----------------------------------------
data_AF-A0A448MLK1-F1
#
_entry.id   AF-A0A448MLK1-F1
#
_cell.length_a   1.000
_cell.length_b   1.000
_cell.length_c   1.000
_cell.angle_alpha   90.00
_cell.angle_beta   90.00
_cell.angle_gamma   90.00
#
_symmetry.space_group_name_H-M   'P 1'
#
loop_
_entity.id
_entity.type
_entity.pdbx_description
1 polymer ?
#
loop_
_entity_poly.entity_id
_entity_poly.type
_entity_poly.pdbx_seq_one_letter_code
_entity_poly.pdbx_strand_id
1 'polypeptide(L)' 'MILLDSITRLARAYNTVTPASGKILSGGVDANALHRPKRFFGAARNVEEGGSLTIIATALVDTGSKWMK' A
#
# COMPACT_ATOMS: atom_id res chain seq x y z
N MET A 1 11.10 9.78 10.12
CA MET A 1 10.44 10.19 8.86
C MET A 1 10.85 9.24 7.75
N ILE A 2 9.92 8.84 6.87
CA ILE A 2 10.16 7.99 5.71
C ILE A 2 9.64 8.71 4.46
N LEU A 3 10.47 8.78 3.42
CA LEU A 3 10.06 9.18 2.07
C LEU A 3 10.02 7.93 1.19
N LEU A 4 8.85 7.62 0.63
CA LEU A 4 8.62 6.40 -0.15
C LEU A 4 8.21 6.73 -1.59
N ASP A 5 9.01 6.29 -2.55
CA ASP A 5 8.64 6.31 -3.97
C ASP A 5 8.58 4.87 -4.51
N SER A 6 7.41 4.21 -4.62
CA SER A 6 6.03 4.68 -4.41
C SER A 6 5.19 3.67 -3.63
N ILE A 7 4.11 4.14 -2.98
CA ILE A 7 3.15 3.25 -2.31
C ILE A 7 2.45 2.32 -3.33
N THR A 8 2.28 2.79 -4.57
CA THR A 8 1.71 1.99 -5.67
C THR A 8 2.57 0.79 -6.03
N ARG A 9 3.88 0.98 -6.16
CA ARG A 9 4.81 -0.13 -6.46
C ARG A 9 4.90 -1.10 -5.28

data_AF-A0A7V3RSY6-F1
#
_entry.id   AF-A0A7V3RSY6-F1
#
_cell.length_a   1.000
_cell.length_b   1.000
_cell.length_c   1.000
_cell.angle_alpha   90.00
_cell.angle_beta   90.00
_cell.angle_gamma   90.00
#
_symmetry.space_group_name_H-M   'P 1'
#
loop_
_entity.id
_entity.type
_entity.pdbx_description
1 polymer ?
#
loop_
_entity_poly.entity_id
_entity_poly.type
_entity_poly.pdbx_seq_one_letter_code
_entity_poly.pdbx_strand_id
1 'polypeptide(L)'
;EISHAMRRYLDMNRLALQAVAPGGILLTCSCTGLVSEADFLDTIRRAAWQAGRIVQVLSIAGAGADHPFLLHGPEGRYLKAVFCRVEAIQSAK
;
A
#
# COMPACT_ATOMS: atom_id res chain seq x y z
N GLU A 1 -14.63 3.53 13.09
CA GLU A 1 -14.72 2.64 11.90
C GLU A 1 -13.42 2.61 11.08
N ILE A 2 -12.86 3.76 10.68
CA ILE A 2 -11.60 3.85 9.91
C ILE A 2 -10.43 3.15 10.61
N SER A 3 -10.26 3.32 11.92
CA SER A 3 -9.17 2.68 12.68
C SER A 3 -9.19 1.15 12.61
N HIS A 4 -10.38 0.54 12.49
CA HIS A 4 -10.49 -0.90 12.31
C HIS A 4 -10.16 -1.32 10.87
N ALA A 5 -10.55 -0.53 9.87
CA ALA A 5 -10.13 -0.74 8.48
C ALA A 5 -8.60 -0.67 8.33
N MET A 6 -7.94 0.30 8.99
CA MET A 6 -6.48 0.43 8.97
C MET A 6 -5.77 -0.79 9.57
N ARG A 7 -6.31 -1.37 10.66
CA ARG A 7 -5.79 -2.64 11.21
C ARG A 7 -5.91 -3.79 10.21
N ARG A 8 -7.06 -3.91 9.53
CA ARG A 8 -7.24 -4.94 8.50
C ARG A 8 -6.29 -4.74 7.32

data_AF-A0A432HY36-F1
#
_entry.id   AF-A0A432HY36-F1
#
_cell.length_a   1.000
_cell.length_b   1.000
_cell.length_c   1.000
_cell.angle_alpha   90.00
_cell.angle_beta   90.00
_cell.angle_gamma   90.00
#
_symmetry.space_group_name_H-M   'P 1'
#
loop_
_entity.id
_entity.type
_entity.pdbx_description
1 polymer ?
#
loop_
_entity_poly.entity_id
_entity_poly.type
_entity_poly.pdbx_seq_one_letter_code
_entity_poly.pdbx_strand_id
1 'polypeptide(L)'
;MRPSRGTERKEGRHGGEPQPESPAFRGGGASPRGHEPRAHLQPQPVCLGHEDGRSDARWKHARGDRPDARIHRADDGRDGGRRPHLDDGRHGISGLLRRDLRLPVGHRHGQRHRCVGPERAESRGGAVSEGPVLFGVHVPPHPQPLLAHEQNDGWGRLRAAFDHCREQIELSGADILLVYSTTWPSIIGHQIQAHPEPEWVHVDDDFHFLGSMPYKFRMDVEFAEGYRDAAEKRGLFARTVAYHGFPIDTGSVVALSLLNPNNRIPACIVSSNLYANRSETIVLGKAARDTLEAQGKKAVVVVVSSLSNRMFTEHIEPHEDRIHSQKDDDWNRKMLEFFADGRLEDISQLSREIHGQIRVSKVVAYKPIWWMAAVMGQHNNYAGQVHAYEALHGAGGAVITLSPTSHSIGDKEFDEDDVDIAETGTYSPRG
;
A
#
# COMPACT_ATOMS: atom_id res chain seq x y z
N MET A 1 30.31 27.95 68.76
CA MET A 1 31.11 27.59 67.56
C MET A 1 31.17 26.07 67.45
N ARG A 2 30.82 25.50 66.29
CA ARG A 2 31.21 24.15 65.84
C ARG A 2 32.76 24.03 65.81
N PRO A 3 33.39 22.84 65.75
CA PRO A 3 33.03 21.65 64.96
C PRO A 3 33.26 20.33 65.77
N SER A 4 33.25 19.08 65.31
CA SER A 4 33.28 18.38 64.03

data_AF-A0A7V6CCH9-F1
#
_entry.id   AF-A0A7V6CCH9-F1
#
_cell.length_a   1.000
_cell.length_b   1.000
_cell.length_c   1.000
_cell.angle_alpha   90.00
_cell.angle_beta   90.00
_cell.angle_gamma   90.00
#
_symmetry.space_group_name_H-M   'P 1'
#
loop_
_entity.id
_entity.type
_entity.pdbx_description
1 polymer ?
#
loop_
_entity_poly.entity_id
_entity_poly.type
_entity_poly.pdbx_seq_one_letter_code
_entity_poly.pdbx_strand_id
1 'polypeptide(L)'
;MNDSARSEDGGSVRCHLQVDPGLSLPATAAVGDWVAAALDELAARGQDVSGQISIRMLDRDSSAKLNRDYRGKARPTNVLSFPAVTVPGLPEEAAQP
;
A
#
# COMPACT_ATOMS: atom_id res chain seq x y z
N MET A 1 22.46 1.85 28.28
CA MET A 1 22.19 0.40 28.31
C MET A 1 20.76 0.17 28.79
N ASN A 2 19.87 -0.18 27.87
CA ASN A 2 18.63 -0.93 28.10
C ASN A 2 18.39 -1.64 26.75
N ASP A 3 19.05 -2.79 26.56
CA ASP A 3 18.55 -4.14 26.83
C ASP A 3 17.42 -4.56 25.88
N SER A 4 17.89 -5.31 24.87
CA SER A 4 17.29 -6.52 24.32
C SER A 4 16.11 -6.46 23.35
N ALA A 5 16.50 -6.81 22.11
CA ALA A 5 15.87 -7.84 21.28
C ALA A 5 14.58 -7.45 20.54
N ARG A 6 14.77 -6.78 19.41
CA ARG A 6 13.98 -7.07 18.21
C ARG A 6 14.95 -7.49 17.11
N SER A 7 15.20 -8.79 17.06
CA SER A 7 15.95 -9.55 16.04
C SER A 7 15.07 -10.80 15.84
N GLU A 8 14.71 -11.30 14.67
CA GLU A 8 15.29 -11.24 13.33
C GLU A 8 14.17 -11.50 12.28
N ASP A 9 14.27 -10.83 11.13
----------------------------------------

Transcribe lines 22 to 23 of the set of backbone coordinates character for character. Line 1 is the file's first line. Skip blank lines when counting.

_entity_poly.type
_entity_poly.pdbx_seq_one_letter_code